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Red Cross Urges Safety during Winter Storm

The American Red Cross opened shelters along the eastern seaboard to offer people a warm, safe place to stay as Mother Nature’s latest wintry blast moved through New York and New England after covering the Deep South in a frozen glaze.

Red Cross workers operated shelters from Florida to Connecticut to help those affected by the storm. Thousands are without power, schools and businesses are closed, and major airports and highways shut down due to the wintry blast. According to news reports, Florida is the only state of the lower 48 without snow on the ground. The Red Cross continues to work with state and local officials to respond to the storm as needed.

Many homes are relying on alternate heat sources, especially in the Northeast where power outages have been reported and heating oil prices are up due to high demand. Alternate heating methods can be dangerous if not used properly. The Red Cross has steps people can follow to safely keep their home warm:

  • Never use your stove or oven to heat your home.
  • Place space heaters on a hard, level, nonflammable surface. Do not put space heaters on rugs or carpets, near bedding or drapes, and keep children and pets away. Look for a space heater model that shuts off automatically if the heater falls over.
  • Never leave portable heaters or fireplaces unattended.
  • Turn off space heaters or extinguish the fireplace before going to bed or leaving home.
  • Keep the fire in your fireplace by using a glass or metal screen large enough to catch sparks and rolling logs.
  • Keep all flammable materials such as newspapers, matches, bedding, clothing, carpets and rugs at least three feet away from heat sources such as space heaters, fireplaces and stoves.
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If your power is out, there are things you can do to help ensure your safety until the power is turned back on. Do not use candles for lighting. Use flashlights only. If you are using a portable generator, do not connect it to your home’s electrical system. Instead, connect the equipment you want to power directly to the outlets on the generator. Leave one light turned on so you will know when your power returns. Turn off or disconnect appliances or electronics you were using when the power went out. Surges or spikes when the power comes back on can damage your equipment.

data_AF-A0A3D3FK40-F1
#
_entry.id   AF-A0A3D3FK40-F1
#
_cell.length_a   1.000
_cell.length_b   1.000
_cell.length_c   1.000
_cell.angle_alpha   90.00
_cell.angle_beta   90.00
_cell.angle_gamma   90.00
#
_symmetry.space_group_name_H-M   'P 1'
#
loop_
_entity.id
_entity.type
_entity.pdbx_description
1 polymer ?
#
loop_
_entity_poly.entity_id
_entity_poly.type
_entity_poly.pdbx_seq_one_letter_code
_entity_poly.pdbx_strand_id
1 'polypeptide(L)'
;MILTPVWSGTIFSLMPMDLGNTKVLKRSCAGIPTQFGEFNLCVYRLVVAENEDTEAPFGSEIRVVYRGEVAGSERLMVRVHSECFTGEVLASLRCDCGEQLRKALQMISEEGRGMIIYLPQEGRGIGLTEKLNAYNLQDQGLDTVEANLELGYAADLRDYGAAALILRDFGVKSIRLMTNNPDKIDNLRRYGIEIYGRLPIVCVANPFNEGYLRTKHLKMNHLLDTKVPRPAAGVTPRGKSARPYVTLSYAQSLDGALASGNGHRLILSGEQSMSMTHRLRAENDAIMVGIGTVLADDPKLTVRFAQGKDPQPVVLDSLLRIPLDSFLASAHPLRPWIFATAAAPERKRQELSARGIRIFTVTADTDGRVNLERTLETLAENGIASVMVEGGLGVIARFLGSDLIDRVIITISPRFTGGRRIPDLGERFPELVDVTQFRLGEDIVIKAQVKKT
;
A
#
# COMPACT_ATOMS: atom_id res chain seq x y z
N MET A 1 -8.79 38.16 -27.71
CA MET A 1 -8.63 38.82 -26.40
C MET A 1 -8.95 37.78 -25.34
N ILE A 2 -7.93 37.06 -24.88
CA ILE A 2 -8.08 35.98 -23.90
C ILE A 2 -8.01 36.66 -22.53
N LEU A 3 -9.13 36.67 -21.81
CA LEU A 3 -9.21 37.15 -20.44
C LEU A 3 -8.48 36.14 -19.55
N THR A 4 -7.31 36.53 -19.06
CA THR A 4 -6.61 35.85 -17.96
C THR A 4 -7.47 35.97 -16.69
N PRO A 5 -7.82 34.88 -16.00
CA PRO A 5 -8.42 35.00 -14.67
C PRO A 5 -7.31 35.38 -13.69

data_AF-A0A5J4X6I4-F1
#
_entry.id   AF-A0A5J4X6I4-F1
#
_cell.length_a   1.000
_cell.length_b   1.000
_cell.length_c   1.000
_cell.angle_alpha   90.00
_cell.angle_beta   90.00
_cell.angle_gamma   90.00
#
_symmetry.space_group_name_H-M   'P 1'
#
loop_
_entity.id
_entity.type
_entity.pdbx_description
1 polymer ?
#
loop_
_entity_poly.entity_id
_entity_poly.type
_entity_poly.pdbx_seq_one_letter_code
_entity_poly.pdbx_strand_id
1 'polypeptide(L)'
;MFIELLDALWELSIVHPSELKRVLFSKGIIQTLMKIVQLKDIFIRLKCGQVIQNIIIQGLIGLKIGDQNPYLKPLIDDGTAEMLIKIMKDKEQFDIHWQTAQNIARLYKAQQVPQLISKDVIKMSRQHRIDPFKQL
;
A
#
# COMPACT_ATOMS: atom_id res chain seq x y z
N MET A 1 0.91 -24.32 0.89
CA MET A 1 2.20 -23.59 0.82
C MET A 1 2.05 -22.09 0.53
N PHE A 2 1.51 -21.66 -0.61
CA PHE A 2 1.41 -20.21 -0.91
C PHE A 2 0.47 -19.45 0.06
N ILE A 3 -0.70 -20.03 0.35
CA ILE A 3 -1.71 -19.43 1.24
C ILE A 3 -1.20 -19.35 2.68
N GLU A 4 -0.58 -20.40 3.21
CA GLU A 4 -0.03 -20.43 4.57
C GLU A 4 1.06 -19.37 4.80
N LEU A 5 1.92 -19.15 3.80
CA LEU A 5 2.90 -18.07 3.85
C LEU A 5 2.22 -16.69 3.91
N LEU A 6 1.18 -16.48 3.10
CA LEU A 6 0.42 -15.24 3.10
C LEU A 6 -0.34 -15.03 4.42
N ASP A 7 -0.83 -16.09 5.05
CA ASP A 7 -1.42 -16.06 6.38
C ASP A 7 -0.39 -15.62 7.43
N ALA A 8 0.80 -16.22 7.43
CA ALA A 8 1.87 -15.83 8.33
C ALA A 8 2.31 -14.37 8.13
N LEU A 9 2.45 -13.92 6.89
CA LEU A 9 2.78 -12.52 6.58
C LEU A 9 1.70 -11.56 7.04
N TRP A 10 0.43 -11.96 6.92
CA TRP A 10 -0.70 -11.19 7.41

Keep your refrigerator and freezer doors closed as much as possible. Use perishable foods in the refrigerator first. An unopened refrigerator will keep food cold for about four hours. Then use food from the freezer, which will hold its temperature for about 48 hours if the door remains closed (24 hours if the freezer is only half full). If it looks like your power will be out for more than a day, use a cooler with ice for food in your freezer.

If possible, people should stay inside and avoid unnecessary travel. The Red Cross offers these steps people can take to stay safe and warm:

  • Prevent frozen pipes - when the weather is very cold outside, open cabinet doors to let warm air circulate around water pipes. Let the cold water drip from the faucet served by exposed pipes. Running water through the pipe - even at a trickle - helps prevent pipes from freezing.
  • Keep the thermostat set to a consistent temperature.
  • Don’t forget your pets – bring them indoors. If you can’t bring them inside, provide adequate shelter to keep them warm and make sure they can get to unfrozen water.

If you must go outside, layered lightweight clothing will keep you warmer than a single heavy coat. Gloves (or mittens) and a hat will prevent loss of body heat. Cover your mouth to protect your lungs. Other safety tips include:

  • Wear waterproof, insulated boots to keep your feet warm and dry and to maintain your footing in ice and snow.
  • Walk carefully on snowy, icy, sidewalks.
  • If you shovel snow, be extremely careful. Take frequent breaks and stay hydrated. Avoid overexertion.
  • Avoid traveling by car in a storm, but if you must ...
    • Carry a Disaster Supplies Kit in the trunk.
    • Keep your car's gas tank full for emergency use and to keep the fuel line from freezing.
    • Let someone know your destination, your route, and when you expect to arrive. If your car gets stuck along the way, help can be sent along your predetermined route.

For more information on winter storm safety, visit